There is considerable interest in agriculture by the Government in developing and supporting Kuwaiti agricultural products; The government has launched a special campaign to help Kuwaiti products under the banner “In Kuwait,” as well as increasing the capital the State grants to farmers, to “change the image of Kuwait” as a consumer country that, according to Kuwaiti researchers, is not suitable for agriculture and production. Although the country’s agricultural sector is a novelty, it contributes positively to food security in Kuwait, producing many varieties of vegetables that fill much of the need of the local market, especially tomatoes that are sufficient for the State from mid-February to late May, as well as most paper and root vegetables and other types of vegetables exceeding 40 varieties.

Despite the climate in Kuwait, the authorities, as part of the diversification of their economy, have injected millions of dollars to encourage investment in the agricultural sector during the first half of the current decade. Kuwait produces approximately 400 tons of plants, vegetables, trees, and products every day.

Farm owners receive annual support from the Kuwaiti State of approximately $25 million and sell their daily crops through bulk tenders dealing for about 100 thousand dinars, or $330 thousand.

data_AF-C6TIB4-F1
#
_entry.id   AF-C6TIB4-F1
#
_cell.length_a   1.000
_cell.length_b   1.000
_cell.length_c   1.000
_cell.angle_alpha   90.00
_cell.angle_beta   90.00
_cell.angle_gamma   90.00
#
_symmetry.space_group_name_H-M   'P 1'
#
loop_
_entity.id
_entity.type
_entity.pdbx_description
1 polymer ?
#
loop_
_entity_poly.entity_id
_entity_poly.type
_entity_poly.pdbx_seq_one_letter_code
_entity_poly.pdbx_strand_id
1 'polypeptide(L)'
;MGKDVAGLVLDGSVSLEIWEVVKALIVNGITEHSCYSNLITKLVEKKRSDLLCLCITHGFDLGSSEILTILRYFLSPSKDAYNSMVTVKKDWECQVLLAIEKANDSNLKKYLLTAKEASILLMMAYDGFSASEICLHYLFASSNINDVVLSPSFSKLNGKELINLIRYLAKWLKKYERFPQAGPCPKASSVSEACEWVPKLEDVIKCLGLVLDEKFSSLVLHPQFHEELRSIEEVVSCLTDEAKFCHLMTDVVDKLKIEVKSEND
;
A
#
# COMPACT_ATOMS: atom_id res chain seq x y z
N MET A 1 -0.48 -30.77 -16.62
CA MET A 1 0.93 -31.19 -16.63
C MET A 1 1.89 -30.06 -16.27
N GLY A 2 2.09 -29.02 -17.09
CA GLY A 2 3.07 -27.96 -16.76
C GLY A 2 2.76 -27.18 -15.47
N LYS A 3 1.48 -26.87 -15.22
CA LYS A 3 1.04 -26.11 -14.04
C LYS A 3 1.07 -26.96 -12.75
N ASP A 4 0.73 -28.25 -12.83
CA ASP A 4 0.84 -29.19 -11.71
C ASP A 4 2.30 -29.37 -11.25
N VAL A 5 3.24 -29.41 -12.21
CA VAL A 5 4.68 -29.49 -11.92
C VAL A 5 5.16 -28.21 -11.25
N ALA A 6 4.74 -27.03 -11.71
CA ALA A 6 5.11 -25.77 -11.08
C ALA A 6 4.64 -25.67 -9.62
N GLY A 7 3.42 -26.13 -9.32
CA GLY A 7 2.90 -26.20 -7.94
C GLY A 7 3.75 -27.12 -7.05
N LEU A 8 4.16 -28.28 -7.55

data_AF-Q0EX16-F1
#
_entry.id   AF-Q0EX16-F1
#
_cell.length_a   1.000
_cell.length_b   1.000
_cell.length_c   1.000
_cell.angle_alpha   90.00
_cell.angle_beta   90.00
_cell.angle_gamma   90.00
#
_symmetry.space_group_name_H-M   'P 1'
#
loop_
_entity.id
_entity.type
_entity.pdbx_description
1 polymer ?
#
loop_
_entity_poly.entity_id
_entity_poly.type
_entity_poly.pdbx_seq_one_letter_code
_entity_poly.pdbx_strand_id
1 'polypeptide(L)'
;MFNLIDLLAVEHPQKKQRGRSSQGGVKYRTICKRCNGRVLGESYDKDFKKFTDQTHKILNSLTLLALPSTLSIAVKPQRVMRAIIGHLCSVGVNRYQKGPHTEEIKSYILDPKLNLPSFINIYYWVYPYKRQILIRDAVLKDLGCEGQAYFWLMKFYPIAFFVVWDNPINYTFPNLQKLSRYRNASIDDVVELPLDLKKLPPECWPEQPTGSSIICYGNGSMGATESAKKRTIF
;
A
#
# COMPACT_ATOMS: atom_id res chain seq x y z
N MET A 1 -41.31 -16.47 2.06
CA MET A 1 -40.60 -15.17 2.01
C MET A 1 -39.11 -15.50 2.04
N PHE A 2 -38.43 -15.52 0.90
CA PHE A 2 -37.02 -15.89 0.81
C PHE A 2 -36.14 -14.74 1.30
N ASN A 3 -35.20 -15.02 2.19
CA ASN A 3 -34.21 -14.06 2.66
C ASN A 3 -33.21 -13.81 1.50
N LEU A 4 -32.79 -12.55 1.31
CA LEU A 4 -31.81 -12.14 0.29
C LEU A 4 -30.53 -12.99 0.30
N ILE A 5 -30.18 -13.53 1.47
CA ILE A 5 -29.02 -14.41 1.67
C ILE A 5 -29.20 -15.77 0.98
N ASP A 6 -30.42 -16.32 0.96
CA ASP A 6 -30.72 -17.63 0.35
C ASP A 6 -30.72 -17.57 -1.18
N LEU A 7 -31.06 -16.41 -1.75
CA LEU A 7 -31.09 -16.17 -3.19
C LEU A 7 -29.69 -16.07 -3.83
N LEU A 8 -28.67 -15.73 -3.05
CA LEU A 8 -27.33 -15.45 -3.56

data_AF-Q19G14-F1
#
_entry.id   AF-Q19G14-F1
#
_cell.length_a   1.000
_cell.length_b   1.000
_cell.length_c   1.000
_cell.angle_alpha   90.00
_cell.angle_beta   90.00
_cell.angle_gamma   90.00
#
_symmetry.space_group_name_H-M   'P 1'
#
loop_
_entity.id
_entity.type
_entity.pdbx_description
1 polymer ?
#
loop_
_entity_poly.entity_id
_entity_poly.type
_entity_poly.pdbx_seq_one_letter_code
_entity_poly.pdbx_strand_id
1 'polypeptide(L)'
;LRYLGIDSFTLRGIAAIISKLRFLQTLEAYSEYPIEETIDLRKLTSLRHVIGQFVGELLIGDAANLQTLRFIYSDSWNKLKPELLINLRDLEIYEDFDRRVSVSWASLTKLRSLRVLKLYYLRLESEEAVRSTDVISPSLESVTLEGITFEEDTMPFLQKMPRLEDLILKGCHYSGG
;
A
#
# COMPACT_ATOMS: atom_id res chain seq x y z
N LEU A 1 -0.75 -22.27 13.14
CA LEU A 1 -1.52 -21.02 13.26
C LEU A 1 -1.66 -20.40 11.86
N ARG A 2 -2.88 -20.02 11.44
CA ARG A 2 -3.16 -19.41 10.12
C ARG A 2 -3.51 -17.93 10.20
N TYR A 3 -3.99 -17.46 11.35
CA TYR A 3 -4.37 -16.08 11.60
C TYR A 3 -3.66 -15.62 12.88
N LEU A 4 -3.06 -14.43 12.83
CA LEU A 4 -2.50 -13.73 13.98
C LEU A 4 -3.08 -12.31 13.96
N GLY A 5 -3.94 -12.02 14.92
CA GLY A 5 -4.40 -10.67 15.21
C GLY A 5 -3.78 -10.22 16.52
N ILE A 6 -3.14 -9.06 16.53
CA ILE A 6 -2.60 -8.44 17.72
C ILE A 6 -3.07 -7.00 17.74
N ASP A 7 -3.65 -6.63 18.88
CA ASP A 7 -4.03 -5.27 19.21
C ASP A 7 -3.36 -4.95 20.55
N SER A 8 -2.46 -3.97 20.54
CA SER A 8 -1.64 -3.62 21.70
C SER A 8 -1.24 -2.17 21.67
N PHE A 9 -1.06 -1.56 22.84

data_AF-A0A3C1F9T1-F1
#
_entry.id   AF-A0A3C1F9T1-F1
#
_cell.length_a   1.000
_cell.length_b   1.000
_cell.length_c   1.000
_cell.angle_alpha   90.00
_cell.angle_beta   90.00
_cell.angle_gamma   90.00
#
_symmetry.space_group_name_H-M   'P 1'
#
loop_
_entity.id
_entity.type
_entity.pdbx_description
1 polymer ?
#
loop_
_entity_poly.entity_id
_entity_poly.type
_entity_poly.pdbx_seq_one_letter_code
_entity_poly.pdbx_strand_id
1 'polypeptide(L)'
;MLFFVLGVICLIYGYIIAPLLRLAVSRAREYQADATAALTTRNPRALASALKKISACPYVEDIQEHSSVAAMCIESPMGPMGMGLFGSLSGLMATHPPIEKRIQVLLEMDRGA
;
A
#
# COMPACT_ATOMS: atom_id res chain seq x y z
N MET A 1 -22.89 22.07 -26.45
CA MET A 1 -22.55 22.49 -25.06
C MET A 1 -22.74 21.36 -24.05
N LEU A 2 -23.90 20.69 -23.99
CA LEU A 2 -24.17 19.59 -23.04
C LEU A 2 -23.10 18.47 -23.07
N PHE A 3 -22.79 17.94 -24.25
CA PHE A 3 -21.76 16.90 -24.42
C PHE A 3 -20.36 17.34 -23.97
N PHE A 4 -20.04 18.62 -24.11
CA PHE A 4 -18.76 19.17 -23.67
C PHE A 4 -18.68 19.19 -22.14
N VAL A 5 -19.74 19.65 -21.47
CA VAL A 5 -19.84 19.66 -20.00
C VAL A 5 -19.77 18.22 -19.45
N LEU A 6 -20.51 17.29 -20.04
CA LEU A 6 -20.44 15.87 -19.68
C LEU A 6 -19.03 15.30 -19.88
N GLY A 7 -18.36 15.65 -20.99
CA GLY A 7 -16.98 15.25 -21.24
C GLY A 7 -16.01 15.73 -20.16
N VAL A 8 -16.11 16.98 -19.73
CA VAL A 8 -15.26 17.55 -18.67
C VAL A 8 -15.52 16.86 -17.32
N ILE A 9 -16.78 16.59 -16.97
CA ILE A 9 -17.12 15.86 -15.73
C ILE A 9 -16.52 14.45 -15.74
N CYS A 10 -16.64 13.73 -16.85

Fish Farming

Water farming has become well established in Kuwait, especially concerning the integration of tilting with crops and the cultivation of marine fish in existing cages. Both systems proved to be economically viable, although the loss of fish in cells from 1999-2001 caused a severe decline. The production of indigo Balti increased from 110 tons in 2000 to 275 tons in 2004. The production of Denis fluctuates continuously, reaching a maximum of 426 tons in 2002, and then declined dramatically to only 3.8 tons in 2004.

The “Gulf International Aquaculture Company” was established in 2003. This company produces commercial fish fry, mainly bream and, to a lesser extent, bream. The company also imports fertilized bream eggs, from France mainly.

Statistics show that the production of fish and shrimp in the State of Kuwait in 2005-2016 ranged from 4,000 to 6,000 tons per year, of which 5-10% was fish farming, with production fluctuating between 300 and 600 tons, according to the State Authority for Agriculture and Fisheries Affairs.